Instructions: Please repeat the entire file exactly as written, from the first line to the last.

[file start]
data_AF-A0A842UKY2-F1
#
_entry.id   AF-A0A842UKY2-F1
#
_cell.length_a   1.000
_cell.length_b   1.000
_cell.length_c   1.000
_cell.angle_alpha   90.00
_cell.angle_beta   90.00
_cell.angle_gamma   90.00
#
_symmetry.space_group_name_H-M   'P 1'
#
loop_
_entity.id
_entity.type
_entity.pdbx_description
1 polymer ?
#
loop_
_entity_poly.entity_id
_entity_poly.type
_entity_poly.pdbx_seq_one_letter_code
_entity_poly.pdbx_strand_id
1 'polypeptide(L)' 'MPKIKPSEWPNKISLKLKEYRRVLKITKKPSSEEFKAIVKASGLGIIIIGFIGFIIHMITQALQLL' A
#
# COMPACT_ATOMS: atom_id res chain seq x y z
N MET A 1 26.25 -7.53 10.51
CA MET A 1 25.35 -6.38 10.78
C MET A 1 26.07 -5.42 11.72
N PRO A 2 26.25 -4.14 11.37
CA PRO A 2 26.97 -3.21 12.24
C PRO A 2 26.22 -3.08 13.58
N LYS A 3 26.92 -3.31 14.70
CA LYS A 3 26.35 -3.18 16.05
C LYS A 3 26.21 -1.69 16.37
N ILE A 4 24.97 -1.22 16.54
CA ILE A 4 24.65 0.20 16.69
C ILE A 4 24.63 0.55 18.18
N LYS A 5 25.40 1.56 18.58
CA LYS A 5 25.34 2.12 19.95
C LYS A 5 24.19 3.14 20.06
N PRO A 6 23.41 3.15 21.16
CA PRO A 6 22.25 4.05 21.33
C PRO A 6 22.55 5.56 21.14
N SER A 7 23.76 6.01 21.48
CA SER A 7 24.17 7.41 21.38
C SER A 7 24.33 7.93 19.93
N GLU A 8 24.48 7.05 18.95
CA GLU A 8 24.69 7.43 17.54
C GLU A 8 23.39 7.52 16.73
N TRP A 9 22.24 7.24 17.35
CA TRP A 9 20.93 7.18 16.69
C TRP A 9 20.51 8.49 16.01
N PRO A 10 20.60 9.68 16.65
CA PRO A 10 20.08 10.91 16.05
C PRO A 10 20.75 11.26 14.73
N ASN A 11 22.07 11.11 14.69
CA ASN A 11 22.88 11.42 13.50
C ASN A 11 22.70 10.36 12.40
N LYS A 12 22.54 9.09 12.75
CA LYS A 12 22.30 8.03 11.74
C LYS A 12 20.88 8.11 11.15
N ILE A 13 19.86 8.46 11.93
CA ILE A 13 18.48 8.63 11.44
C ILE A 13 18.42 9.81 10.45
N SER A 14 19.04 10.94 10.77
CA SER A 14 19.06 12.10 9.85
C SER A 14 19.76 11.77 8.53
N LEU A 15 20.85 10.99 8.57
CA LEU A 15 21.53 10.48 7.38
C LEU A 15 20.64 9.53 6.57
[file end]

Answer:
data_AF-A0A842UKY2-F1
#
_entry.id   AF-A0A842UKY2-F1
#
_cell.length_a   1.000
_cell.length_b   1.000
_cell.length_c   1.000
_cell.angle_alpha   90.00
_cell.angle_beta   90.00
_cell.angle_gamma   90.00
#
_symmetry.space_group_name_H-M   'P 1'
#
loop_
_entity.id
_entity.type
_entity.pdbx_description
1 polymer ?
#
loop_
_entity_poly.entity_id
_entity_poly.type
_entity_poly.pdbx_seq_one_letter_code
_entity_poly.pdbx_strand_id
1 'polypeptide(L)' 'MPKIKPSEWPNKISLKLKEYRRVLKITKKPSSEEFKAIVKASGLGIIIIGFIGFIIHMITQALQLL' A
#
# COMPACT_ATOMS: atom_id res chain seq x y z
N MET A 1 26.25 -7.53 10.51
CA MET A 1 25.35 -6.38 10.78
C MET A 1 26.07 -5.42 11.72
N PRO A 2 26.25 -4.14 11.37
CA PRO A 2 26.97 -3.21 12.24
C PRO A 2 26.22 -3.08 13.58
N LYS A 3 26.92 -3.31 14.70
CA LYS A 3 26.35 -3.18 16.05
C LYS A 3 26.21 -1.69 16.37
N ILE A 4 24.97 -1.22 16.54
CA ILE A 4 24.65 0.20 16.69
C ILE A 4 24.63 0.55 18.18
N LYS A 5 25.40 1.56 18.58
CA LYS A 5 25.34 2.12 19.95
C LYS A 5 24.19 3.14 20.06
N PRO A 6 23.41 3.15 21.16
CA PRO A 6 22.25 4.05 21.33
C PRO A 6 22.55 5.56 21.14
N SER A 7 23.76 6.01 21.48
CA SER A 7 24.17 7.41 21.38
C SER A 7 24.33 7.93 19.93
N GLU A 8 24.48 7.05 18.95
CA GLU A 8 24.69 7.43 17.54
C GLU A 8 23.39 7.52 16.73
N TRP A 9 22.24 7.24 17.35
CA TRP A 9 20.93 7.18 16.69
C TRP A 9 20.51 8.49 16.01
N PRO A 10 20.60 9.68 16.65
CA PRO A 10 20.08 10.91 16.05
C PRO A 10 20.75 11.26 14.73
N ASN A 11 22.07 11.11 14.69
CA ASN A 11 22.88 11.42 13.50
C ASN A 11 22.70 10.36 12.40
N LYS A 12 22.54 9.09 12.75
CA LYS A 12 22.30 8.03 11.74
C LYS A 12 20.88 8.11 11.15
N ILE A 13 19.86 8.46 11.93
CA ILE A 13 18.48 8.63 11.44
C ILE A 13 18.42 9.81 10.45
N SER A 14 19.04 10.94 10.77
CA SER A 14 19.06 12.10 9.85
C SER A 14 19.76 11.77 8.53
N LEU A 15 20.85 10.99 8.57
CA LEU A 15 21.53 10.48 7.38
C LEU A 15 20.64 9.53 6.57